A general piecewise multi-state survival model: application to breast cancer


Multi-state models are considered in the field of survival analysis for modelling illnesses that evolve through several stages over time. Multi-state models can be developed by applying several techniques, such as non-parametric, semi-parametric and stochastic processes, particularly Markov processes. When the development of an illness is being analysed, its progression is tracked periodically. Medical reviews take place at discrete times, and a panel data analysis can be formed. In this paper, a discrete-time piecewise non-homogeneous Markov process is constructed for modelling and analysing a multi-state illness with a general number of states. The model is built, and relevant measures, such as survival function, transition probabilities, mean total times spent in a group of states and the conditional probability of state change, are determined. A likelihood function is built to estimate the parameters and the general number of cut-points included in the model. Time-dependent covariates are introduced, the results are obtained in a matrix algebraic form and the algorithms are shown. The model is applied to analyse the behaviour of breast cancer. A study of the relapse and survival times of 300 breast cancer patients who have undergone mastectomy is developed. The results of this paper are implemented computationally with MATLAB and R.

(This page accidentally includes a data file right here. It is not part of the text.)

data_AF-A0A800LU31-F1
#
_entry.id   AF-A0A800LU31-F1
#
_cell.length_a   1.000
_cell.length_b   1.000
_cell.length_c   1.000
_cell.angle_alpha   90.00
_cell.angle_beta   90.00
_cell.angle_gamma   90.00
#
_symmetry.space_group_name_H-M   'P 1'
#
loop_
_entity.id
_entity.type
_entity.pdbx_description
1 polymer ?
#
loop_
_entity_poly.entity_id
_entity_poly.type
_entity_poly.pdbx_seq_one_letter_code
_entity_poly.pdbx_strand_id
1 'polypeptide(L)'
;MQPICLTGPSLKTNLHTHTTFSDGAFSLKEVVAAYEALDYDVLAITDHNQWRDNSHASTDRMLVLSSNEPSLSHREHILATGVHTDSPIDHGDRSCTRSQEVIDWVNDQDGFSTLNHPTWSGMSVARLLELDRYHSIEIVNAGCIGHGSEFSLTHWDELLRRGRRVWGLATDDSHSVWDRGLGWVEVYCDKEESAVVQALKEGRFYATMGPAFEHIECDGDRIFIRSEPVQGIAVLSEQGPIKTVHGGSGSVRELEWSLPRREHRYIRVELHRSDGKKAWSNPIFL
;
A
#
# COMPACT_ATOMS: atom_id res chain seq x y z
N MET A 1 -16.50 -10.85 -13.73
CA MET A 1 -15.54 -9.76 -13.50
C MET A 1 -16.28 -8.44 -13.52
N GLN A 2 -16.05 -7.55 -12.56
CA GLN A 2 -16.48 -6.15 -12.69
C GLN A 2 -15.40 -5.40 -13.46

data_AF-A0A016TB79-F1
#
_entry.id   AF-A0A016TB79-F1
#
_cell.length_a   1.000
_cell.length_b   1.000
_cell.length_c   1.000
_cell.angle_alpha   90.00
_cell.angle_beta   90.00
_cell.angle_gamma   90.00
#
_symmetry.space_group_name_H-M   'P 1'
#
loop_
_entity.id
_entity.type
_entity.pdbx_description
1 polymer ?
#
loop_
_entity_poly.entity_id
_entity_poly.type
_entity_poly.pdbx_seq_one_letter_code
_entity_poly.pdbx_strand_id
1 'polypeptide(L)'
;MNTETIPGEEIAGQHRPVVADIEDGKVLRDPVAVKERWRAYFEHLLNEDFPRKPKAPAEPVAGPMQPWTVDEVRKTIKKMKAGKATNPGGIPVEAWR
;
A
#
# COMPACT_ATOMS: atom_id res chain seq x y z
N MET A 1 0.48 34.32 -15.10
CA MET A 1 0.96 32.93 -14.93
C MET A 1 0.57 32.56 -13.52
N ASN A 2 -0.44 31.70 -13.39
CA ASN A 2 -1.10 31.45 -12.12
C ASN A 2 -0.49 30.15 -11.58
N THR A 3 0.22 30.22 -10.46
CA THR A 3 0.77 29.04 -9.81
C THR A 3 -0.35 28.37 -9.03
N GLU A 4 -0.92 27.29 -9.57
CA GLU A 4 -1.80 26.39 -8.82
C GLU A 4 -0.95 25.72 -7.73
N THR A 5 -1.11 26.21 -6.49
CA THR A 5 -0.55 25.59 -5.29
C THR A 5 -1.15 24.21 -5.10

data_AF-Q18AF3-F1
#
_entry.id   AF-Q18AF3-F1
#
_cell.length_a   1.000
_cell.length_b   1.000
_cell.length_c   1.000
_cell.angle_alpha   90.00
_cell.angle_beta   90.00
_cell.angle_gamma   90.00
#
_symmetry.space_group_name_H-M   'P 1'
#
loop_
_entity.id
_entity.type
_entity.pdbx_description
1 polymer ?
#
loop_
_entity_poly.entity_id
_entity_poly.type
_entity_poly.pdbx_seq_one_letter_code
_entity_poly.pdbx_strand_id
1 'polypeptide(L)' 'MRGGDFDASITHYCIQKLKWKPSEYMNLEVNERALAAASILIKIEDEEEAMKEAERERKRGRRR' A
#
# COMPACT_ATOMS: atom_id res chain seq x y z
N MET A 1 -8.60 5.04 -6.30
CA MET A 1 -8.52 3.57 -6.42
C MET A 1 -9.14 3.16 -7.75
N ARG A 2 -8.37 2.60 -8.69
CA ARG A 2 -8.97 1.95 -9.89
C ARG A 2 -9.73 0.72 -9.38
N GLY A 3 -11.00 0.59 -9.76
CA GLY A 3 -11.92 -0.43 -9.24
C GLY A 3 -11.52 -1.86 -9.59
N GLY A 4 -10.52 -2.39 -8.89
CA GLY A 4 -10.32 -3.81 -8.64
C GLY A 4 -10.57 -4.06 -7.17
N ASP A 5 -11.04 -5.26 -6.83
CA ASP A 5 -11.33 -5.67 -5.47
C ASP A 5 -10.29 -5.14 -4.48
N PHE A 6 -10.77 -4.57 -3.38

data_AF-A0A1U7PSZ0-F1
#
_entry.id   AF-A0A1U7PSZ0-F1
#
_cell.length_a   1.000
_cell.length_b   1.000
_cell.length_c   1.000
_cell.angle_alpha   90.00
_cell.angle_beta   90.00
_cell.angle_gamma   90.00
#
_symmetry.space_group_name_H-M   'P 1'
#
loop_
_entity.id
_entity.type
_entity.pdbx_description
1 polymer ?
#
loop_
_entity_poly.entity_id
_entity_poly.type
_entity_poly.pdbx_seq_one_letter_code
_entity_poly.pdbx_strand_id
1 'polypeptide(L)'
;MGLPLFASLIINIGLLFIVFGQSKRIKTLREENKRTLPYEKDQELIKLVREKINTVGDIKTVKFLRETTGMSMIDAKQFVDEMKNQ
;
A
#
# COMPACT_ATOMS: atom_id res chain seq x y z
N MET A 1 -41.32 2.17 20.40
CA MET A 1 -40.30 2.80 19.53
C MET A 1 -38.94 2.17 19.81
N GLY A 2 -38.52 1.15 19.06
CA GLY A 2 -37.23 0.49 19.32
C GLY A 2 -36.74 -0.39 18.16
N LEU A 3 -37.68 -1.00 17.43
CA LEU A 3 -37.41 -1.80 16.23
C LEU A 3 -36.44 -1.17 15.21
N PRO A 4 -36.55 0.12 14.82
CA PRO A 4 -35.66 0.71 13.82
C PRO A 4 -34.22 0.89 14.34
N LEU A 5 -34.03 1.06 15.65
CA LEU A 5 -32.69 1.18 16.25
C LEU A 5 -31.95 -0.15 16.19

This is a preview of subscription content, access via your institution.

Fig. 1
Fig. 2
Fig. 3
Fig. 4
Fig. 5
Fig. 6
Fig. 7
Fig. 8
Fig. 9
Fig. 10
Fig. 11


  1. 1.